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Peter Pan Flies on MediaNet

Far-flung post production houses share editing duties via fiber

HOLLYWOOD

One of most extraordinary aspects of the latest film version of "Peter Pan" is how J. M. Barrie's perpetual youth has been criss-crossing the West Coast for the last few years-not by plane, nor the unfettered will to fly, but via fiber optics.

On Christmas day, Universal Pictures, Columbia Pictures and Revolution Studios will release a brand new version of J. M. Barrie's classic, "Peter Pan." For the first time since Herbert Brenon's 1924 version, this new production will be live action and Peter will be played by a real boy, 13-year-old Jeremy Sumpter.

(click thumbnail)Jeremy Sumptel as Peter Pan
In production for almost five years, the film was shot in Sydney, Australia, and posted at Revolution Studios in west Los Angeles by editor Garth Craven. But since the visual effects work was completed nearly 390 miles north at George Lucas' Industrial Light and Magic in San Rafael, Calif., director P. J. Hogan and producers Lucy Fisher and Douglas Wick would have needed a ton of pixie dust to be physically present for all aspects of the production. So they contracted with MediaNet Communications to move their images on a secure high-speed fiber-optic network.

MediaNet owns and manages a dual OC-48 (2.4 Gbps) backbone in Los Angeles for high-speed delivery of pre-digitized files for video collaboration and review of digital dailies and edit system dailies. But for "Peter Pan," MediaNet put in a specific DS-3 (45 Mbps) connection to ILM's facilities in San Rafael from their main trunk line running from Los Angeles to Vancouver, B.C., so no matter where Hogan was, he could interact with the visual effects team at Industrial Light and Magic through MediaNet's special Live Video Collaboration and Conferencing service.

"We've been doing what we call 'transmissions' ever since 'Jurassic Park' in 1993, often using a switched DS-3 service," said Gary Meyer, chief engineer of video engineering at ILM. "But this required setting up specific connections for each work area on every lot. Now the video feed from MediaNet can be accessed by several users at various locations simultaneously."

MediaNet transmits what Meyer calls "mastering quality" standard-definition video utilizing proprietary encryption that takes significantly less time to process than other security systems intended to deliver over open Internet protocol. In these days of video piracy, Meyer says MediaNet's closed system gives people a "warm, cozy feeling" about the security of the images being seen in screening rooms or viewing stations anywhere in the world.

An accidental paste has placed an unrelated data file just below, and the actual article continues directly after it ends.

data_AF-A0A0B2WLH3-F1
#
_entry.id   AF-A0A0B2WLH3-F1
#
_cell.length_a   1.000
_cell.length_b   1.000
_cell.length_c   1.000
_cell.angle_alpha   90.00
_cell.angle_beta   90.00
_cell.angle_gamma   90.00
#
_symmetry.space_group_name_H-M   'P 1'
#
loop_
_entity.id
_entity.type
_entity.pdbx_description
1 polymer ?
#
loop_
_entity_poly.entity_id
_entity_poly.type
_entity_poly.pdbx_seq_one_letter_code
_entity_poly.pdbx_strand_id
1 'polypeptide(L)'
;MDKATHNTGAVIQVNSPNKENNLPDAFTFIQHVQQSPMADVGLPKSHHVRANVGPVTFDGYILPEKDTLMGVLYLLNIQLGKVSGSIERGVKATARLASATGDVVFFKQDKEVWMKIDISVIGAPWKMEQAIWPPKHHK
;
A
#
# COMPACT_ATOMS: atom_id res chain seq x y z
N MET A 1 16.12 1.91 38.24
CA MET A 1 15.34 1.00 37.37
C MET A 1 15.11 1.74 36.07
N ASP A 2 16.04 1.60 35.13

"Once we have installed a calibrated monitor in one of these rooms, the director can interact with the video using a Wacom [graphics] tablet overlay," Meyer explains. "That lets him collaborate with the effects artists as if they were in the same facility."

This real-time interaction had a dramatic effect on the final look of the visual wizardry in the new "Peter Pan."

"We'd have transmission conferences with director Hogan at lease twice a week," said Steve Braggs ("Minority Report") the computer graphics supervisor at ILM, "and the availability of this interaction helped the team headed by visual effects supervisor Scott Farrar and animation supervisor Jenn Emberly mold the special effects to suit his vision."

Braggs' computer artists can access the full spectrum of special effects technologies, including Alias' Maya, Pixar's RenderMan, Softimage 3-D and ILM's own proprietary compositing software called Comptime. Even though this is the first modern live-action portrayal of the Peter Pan story, key parts of the adventure depend on advanced digital effects for realism.

For example, in the opening act when Tinker Bell (Ludivine Sagnier) flies into the Darling family's nursery to help Peter find his lost shadow, Hogan in Los Angeles and Braggs in San Rafael were able to view the same footage simultaneously despite their physical separation.

SIMULTANEOUS EDITS

"Hogan wanted her to fly into one of the open drawers and we discussed whether her flight path should include a loop or not," Braggs said. "He wanted her to be more whimsical and it was only because we could bounce ideas off each other interactively in real time that Tinker Bell's performance became more believable."

Later, during the climactic battle between Peter and Captain Hook (Jason Isaacs, who also plays Mr. Darling) flying through the clouds over Hook's pirate ship, the director was able to give specific direction to the effects creation.

"Because we were looking at the same footage in different screening rooms over MediaNet, Hogan would ask us to bring Peter closer to camera or make Hook's flight more dynamic," Braggs tells us. "We simply could not have done that through a telephone conversation."

Ever since Gloria Borders, head of post production at Revolution Studios, first contacted MediaNet in August 2002, the company has rapidly expanded the services available to ILM.

"At first they wanted digital dailies," said Herb Dow, vice president of sales and marketing for Media-

Net Communications, "and then they added review capabilities for the effects work. Now that we have become ILM's pipeline of choice, Media-Net has been involved with six other high-end effects projects including last summer's 'Pirates of the Caribbean,' next year's mammoth monster fest, 'Van Helsing,' currently being shot in Europe by Universal, and the upcoming third installment of the Harry Potter saga. By combining wireless, free space optics, RF and dedicated fiber connections, we feel MediaNet can tailor itself to any client's needs."

Upon completion of "Peter Pan," ILM's Meyer said that "Industrial Light and Magic is a for-hire service provider, and when we need connectivity to our clients we now have a professional vendor who can provide it."